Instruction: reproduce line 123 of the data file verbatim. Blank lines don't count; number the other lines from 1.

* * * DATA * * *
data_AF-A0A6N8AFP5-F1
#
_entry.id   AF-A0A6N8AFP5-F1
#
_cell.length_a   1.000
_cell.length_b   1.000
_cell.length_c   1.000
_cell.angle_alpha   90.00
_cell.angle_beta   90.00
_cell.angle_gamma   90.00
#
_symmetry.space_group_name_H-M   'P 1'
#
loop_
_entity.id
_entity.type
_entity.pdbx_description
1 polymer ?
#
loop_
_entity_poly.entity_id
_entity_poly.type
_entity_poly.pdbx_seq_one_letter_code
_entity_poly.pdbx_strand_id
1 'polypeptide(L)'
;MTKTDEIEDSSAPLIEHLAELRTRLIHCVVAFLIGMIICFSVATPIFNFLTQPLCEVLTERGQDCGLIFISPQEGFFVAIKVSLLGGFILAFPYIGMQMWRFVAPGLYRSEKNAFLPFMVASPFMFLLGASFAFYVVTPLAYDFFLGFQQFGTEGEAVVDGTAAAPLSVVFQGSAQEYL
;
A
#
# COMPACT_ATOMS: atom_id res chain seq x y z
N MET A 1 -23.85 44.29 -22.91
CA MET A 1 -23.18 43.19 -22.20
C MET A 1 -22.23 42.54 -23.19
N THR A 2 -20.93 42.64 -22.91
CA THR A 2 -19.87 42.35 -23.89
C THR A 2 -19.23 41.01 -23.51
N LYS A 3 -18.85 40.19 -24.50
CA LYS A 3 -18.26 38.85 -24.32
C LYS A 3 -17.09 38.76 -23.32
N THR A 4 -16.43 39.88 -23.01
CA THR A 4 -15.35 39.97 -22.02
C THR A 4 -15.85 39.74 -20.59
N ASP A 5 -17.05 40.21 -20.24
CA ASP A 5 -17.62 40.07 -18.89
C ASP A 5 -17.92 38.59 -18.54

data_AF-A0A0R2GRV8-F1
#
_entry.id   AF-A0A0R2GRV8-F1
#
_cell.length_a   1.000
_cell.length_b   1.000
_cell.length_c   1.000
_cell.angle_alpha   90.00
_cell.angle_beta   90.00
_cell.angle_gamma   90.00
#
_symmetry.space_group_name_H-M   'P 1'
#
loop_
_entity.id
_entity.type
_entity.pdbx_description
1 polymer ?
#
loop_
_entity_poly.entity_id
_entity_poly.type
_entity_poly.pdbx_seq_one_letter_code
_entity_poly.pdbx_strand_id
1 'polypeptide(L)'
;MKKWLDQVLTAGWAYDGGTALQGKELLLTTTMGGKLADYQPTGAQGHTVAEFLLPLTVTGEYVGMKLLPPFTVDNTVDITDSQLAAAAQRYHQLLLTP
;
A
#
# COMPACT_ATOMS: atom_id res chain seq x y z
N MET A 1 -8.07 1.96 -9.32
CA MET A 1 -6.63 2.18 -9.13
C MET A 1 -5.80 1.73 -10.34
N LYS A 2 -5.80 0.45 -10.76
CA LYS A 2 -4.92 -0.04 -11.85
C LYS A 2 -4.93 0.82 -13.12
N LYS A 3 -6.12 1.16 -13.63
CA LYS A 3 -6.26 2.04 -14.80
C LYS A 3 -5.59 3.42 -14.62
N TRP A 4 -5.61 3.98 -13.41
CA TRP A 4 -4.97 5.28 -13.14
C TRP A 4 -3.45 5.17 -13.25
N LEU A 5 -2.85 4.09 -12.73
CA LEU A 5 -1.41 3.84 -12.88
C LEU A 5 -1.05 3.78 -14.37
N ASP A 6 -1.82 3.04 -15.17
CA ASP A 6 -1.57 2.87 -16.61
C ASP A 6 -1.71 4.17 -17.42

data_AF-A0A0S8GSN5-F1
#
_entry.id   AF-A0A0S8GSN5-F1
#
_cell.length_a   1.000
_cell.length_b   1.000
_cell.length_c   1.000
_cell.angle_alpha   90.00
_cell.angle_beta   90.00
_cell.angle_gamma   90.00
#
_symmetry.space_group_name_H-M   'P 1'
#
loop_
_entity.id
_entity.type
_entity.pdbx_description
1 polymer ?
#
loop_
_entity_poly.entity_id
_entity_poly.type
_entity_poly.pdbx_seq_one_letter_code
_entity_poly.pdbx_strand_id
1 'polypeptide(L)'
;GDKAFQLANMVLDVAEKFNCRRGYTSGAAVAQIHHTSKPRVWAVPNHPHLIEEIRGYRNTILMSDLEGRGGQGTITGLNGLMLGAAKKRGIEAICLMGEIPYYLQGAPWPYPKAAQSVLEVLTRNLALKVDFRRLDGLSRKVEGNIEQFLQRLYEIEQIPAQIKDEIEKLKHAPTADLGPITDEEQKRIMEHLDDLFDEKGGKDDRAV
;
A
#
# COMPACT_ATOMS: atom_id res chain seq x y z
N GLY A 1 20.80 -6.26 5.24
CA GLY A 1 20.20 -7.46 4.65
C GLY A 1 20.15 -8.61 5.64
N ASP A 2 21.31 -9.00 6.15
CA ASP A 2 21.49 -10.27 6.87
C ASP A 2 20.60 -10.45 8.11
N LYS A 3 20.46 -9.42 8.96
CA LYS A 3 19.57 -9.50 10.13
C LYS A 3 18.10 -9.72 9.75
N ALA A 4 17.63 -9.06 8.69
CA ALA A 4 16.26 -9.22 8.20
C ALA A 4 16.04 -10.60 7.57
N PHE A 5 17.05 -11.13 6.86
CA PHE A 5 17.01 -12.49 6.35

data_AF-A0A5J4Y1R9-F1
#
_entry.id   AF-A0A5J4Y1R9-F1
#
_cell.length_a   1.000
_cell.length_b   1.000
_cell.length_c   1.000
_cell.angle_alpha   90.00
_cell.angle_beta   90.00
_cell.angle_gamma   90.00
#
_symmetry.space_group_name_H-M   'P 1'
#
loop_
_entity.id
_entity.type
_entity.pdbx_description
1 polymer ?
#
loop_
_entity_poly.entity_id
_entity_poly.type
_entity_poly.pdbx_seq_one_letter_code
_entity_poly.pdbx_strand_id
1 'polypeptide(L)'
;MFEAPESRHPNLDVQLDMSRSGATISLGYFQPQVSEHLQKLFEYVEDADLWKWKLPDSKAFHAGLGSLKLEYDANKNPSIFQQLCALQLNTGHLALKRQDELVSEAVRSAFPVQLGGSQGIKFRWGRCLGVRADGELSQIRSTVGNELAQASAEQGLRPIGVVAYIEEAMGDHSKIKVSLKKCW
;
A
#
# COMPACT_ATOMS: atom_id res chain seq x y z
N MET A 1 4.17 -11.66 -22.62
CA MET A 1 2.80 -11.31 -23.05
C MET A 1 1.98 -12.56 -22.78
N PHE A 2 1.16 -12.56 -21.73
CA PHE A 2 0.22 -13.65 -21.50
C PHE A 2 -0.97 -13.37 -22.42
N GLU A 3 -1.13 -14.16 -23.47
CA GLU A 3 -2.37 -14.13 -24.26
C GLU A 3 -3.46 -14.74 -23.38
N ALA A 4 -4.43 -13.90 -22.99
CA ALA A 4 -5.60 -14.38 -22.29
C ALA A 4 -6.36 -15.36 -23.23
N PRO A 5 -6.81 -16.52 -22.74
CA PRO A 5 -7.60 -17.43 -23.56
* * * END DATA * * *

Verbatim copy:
# COMPACT_ATOMS: atom_id res chain seq x y z